Related Materials:

The Oregon Hop Growers Association Records are also complemented by the interviews included in the Oregon Hops and Brewing Archives Oral History Collection (OH 35), which includes interviews from industry professionals, journalists and community members.

The Brewing and Fermentation Collection (MSS BFRC) consists of materials collected by the OSU Special Collections and Archives Research Center pertaining to the history, growth, and culture of the Pacific Northwest brewing industry, including regional hops and barley farming, commercial craft and home brewing, and craft cider and mead.

Other related materials can be found in the Hop Research Council Records and Hop Growers of America Records. Also of note are the research reports in the Crop Science Department Records (RG 095) and the College of Agricultural Sciences Records (RG 158).

Collections linked to Oregon State University research, as well as other manuscript collections are described on the Oregon Hops and Brewing Archives library research guide. More information pertaining to the history of hop growing and brewing in Oregon can be found on the Oregon Hops and Brewing Archives website.

Preferred Citation: Oregon Hop Growers Association Records (MSS OHGA), Oregon State University Special Collections and Archives Research Center, Corvallis, Oregon.

Finding Aid Revision History: The finding aid that was prepared in 2017 at the time of full processing of the collection has been updated to incorporate additional materials.


Oregon Hop Growers Association

People, Places, and Topics

Hops--Diseases and pests--Oregon.
Hops and Brewing
Natural Resources
Oregon Hop Growers Association

Forms of Material

Photographic prints.
Slides (photographs).
Video recordings (physical artifacts)

Box and Folder Listing

Series 1: Administrative, 1915-2004

Series 1 contains financial records (e.g. meal and event receipts, accounting ledgers, long distance phone records, dues notices, operational expenses), information on marketing orders, the crop production registrar from the pacific northwest states, articles of incorporation, correspondence, and general membership and board meeting minutes. Also included are the articles of incorporation and by-laws from 1955 to 1984.

The general membership meeting minutes have been digitized: Oregon Hop Growers Association Meeting Minutes, 1955-1970 Oregon Hop Growers Association Meeting Minutes 1971-1983 Oregon Hop Growers Association Meeting Minutes 1984-1993.

Sub-Series 1: Office files, 1915-2003
Box-Folder 1.01: Oregon Hop Commission promotional materials, 1977-1982
Research materials, correspondence, articles, meeting minutes, reports, hops history, cartoons.
Box-Folder 1.02: Membership and crop information, 1915-1966
Copy of 1915 sharebonds, dues information, membership lists, correspondence, meeting announcements, information about hops commodity commissions.
Box-Folder 1.03: Office files, 1994-1995
Correspondence, dues, voting, program information, promotional materials.
Box-Folder 1.04: American Hop Museum Toppenish, WA, 1993-2000
Informational and fundraiser materials.
Box-Folder 1.05: Office files, 1996-1997
Correspondence, meeting announcements, articles, fact sheets on labor disputes.
Box-Folder 1.06: Office files, 1998
Meeting agendas, memos, event planning, fact sheets regarding powdery mildew, correspondence.
Box-Folder 1.07: Office files, 1999-2000
Correspondence, meeting announcements, recruitment for Hop Growers of America director, advertising and event sponsorship.
Box-Folder 1.08: Office files, 2001-2003
Correspondence, meeting announcements, advertising, event sponsorship.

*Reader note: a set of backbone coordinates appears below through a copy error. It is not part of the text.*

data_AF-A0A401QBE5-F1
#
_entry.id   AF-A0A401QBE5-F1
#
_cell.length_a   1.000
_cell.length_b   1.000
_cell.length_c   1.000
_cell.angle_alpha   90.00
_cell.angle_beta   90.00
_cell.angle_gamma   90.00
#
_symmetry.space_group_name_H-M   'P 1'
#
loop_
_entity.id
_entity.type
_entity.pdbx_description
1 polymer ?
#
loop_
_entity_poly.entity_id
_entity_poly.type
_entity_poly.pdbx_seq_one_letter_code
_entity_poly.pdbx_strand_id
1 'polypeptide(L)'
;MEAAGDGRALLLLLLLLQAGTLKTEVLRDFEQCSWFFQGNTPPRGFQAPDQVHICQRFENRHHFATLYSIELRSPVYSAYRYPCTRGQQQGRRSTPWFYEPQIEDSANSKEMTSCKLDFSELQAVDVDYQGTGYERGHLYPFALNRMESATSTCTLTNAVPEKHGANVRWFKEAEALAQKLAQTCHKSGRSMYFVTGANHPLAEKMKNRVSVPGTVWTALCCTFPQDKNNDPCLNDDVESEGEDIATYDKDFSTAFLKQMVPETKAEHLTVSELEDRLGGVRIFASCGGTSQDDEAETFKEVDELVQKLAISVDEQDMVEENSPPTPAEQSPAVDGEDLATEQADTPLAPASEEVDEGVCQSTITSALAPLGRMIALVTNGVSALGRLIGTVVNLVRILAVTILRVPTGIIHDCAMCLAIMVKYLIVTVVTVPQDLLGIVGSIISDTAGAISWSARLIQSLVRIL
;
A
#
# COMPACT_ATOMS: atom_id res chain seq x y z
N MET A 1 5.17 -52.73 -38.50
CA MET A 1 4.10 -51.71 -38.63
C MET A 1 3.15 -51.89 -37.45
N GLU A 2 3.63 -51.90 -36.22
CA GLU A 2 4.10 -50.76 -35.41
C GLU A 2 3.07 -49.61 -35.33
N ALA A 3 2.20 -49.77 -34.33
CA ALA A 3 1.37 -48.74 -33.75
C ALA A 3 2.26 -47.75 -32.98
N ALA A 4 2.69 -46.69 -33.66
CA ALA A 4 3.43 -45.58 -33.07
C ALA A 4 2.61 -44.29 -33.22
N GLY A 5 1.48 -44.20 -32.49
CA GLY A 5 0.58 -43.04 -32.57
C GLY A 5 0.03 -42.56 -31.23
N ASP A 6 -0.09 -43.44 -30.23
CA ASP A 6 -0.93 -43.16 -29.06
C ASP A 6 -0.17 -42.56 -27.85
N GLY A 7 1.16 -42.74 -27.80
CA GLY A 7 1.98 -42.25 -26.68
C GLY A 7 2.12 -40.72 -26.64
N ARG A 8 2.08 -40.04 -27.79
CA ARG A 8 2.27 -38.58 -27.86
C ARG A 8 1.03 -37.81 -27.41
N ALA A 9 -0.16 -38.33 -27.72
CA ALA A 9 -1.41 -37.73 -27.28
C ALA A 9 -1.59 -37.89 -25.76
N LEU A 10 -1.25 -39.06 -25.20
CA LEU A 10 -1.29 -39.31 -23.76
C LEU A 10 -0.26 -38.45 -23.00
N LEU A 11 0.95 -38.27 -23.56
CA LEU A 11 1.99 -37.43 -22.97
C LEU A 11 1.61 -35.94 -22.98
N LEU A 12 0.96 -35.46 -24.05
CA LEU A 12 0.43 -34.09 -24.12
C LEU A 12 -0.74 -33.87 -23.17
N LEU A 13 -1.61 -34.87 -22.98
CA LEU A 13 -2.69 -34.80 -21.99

Box-Folder 1.09: AG-PAC, 1987-2000
Meeting agendas, fact sheets, correspondence, fundraising, governance documents, event sponsorship.
Box-Folder 1.10: Agriculture legislative agenda conference, 1988
Conference packet.
Box-Folder 1.11: Crosby farm soil analysis, 1958-1959
Soil testing, fertilizer recommendations.
Box-Folder 1.12: United States Hops administrative committee, 1969-1986
Market surveys, domestic and international market analysis, conference reports, statistics.
Box-Folder 1.13: Oregon hops, 1975-1994
Pamphlets, articles, hop research, history of industry, fact sheets on production and analysis, statistics.
Box-Folder 1.14: United States hops statistics, 1969-2001
Production and export information.
Box-Folder 4.01: Articles of Incorporation and By-Laws, 1955-1984
Original documents and revisions.
Box-Folder 4.02: Crop Production Register, 1949
Oregon, Washington, Idaho, and California.
Sub-Series 2: Marketing order, 1961-2002
Box-Folder 1.15: Marketing order, 1961
Drafts, proposal.
Box-Folder 1.16: Marketing order: USDA proposed amendment, 1984
Box-Folder 1.17: Marketing Order, 1985-1994
Research materials for 1994 marketing order, correspondence, notes, meeting agendas.
Box-Folder 1.18: Marketing order, 2002
Research and advocacy materials.
Sub-Series 3: Member meetings, 1959-1997
Box-Folder 1.19: Minutes: board and general meetings, 1955-1962
Box-Folder 1.20: Minutes: general meeting, 1962-1970
Box-Folder 1.21: Minutes: board meeting, 1962-1969
Box-Folder 1.22: Minutes: general meeting, 1971-1983
Hand & typewritten notes, meeting handouts.
Box-Folder 1.23: Minutes: general meeting, 1984-1993
OHGA & OHC meeting minutes, hand written notes, presentation material.
Box-Folder 1.24: Meeting notices and information, 1981-1987
Meeting announcements, news clippings; correspondence regarding events, prospects and funding requests.
Box-Folder 1.25: Minutes: general meeting, 1991-1997
Not complete.
Sub-Series 4: Financial, 1954-1997
Box-Folder 1.26: Report of examination, 1956-1966
Annual accounts review and financial reconciliation from accountants.
Box-Folder 1.27: Receipt and record books, 1954-1961
Check book, pay books, ledger.
Box-Folder 1.28: Receipt books, 1958-1965
Box-Folder 2.01: Annual financial records, 1954-1959
Box-Folder 2.02: Annual financial records, 1960-1961
Box-Folder 2.03: Annual financial records, 1962-1963
Box-Folder 2.04: Annual financial records, 1964-1967
Box-Folder 2.05: Annual financial records, 1968-1980
Box-Folder 2.06: Annual financial records, 1991-1997
Sub-Series 5: Member dues, 1957-2004
Box-Folder 2.07: Dues reports and reminders, 1957-1963
Box-Folder 2.08: Dues reports and reminders, 1965-1985
Box-Folder 2.09: Dues forms, 1994
Box-Folder 2.10: Dues forms, 1995
Box-Folder 2.11: Dues forms, 1996
Box-Folder 2.12: Dues forms, 1997
Box-Folder 2.13: Dues forms, 1998
Box-Folder 2.14: Dues forms, 1999